I am in the north east here: NJ Just wondering whether you guys prune shrubs much in the fall. I know spirea can probably be wacked down now

Wait until after the first frost, some might have nice fall color. Maybe.

but as far as hydrangeas,

Which hydrangeas are they? Do they bloom on first or second year growth? Leave them alone unless you know which variety they are.

ornamental grass,

Why would you cut down something that gives winter interest? Leave grasses until late winter\early spring.

butterfly bushes,

Crap shoot, if they are too large, cut them down after the first frost. Do NOT cut down before that.

boxwoods,

Not sure you can really injure a boxwood. lol

and other common plants here.

It all depends.

I feel like I get mixed results when doing searches about this. I know some plants can be cut back and others should be done in the spring. Looking for input. I have had a couple customers ask me trim overgrown beds down a lot, but I am thinking of holding off until the spring for most heavy pruning.
What kind of shrubs\plants are in the overgrown beds?

You need to be careful about rejuvenation because it can cause a flush of new growth that will not be hardened off by the first frost, which can cause further problems.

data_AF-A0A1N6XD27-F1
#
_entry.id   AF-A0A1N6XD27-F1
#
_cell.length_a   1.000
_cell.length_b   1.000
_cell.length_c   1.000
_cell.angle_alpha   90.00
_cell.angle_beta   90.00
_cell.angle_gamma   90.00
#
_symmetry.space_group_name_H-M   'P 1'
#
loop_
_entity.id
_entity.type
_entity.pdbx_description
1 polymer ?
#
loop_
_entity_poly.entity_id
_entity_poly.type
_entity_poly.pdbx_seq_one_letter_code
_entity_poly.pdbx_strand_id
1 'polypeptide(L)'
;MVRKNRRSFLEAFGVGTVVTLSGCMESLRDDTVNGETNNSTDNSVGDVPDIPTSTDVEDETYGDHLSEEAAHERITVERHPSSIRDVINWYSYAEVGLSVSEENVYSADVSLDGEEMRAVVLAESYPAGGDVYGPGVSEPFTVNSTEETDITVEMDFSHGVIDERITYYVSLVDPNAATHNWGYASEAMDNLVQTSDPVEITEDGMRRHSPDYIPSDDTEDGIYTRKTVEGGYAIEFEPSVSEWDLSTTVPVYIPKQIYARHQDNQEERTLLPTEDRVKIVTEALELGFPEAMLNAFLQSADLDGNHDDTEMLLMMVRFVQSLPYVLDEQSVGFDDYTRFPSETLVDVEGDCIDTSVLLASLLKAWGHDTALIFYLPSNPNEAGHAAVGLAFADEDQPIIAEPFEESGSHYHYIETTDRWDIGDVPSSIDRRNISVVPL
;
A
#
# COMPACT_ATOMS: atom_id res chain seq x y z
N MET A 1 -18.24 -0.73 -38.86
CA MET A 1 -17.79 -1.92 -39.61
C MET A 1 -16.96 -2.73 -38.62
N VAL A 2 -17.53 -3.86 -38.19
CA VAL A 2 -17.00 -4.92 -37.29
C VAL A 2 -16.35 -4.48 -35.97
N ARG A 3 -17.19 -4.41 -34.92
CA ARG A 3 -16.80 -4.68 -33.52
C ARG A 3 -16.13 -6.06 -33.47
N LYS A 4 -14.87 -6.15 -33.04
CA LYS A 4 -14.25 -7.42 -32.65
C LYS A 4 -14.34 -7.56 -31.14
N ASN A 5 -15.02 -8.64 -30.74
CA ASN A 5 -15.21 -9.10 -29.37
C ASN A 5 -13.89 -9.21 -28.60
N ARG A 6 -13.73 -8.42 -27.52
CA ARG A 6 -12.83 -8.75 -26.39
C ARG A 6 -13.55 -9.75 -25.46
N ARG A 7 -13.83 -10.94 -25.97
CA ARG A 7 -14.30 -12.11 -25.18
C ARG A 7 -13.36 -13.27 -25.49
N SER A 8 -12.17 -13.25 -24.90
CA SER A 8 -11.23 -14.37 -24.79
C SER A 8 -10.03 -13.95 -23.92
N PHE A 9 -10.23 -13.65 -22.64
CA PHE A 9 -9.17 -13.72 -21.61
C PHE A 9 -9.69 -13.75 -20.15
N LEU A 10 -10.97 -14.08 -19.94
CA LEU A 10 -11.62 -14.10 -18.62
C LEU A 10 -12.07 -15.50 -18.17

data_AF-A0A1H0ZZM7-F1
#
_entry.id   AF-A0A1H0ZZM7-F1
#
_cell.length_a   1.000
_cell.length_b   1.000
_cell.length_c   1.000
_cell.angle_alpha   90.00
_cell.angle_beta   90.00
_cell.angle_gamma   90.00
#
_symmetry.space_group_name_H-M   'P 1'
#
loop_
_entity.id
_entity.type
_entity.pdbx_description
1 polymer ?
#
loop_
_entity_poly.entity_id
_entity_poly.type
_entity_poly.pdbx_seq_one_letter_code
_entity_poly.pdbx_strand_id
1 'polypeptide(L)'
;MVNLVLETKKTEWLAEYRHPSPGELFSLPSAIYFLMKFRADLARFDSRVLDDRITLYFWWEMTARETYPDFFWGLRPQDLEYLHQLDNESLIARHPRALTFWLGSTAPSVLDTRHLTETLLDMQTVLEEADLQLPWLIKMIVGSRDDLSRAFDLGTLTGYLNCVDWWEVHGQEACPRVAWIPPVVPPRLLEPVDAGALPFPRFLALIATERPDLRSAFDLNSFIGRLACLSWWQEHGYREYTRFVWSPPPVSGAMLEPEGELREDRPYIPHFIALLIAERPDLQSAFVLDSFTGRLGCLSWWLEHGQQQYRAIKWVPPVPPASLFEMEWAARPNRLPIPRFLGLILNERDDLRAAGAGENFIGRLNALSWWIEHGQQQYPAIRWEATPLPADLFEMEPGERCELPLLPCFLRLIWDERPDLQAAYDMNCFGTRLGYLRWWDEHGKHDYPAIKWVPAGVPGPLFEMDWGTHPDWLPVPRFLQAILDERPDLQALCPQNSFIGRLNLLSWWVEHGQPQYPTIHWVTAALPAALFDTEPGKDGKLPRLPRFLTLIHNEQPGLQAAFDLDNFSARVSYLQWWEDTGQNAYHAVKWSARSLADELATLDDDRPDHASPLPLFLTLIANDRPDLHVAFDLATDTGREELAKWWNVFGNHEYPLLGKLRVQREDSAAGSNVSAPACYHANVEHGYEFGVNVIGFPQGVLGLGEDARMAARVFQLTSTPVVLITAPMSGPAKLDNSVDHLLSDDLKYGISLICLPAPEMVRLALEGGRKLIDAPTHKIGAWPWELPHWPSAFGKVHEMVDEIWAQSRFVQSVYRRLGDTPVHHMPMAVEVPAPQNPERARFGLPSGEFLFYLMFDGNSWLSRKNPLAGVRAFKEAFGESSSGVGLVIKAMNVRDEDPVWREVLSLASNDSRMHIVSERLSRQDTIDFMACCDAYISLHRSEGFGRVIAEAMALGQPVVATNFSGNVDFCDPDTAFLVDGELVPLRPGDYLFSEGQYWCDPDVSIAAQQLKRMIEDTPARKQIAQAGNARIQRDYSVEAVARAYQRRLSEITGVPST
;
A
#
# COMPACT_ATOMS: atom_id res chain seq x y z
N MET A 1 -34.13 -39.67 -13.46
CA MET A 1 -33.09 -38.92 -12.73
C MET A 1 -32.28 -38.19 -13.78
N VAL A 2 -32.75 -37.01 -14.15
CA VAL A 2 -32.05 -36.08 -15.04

As for the maples, sure, whatever. Someone better tell the maple syrup makers they're doing it all wrong. And arborists.

Winter is just about the best time for reducing plant size.
#1 Because you can do it properly, with the entire branching structure visible.
#2 If you do hack it down, it doesn't look as bad because if it's deciduous it's already bare and it doesn't look so bad.

One other question\comment for axe, are you saying that crabs can't be pruned in February or March? Or viburnum? Or burning bush? Or junipers?
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  #6  
Old 09-07-2012, 04:27 PM
Smallaxe Smallaxe is offline
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That's not what I said and I'm not going to discuss it with you, MO... you do what you want...
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Now that I know that clay's texture(platelets) has nothing to do with water infiltration, percolation, or drainage
,,, I wonder what does...
*
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  #7  
Old 09-07-2012, 04:32 PM
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cgaengineer cgaengineer is offline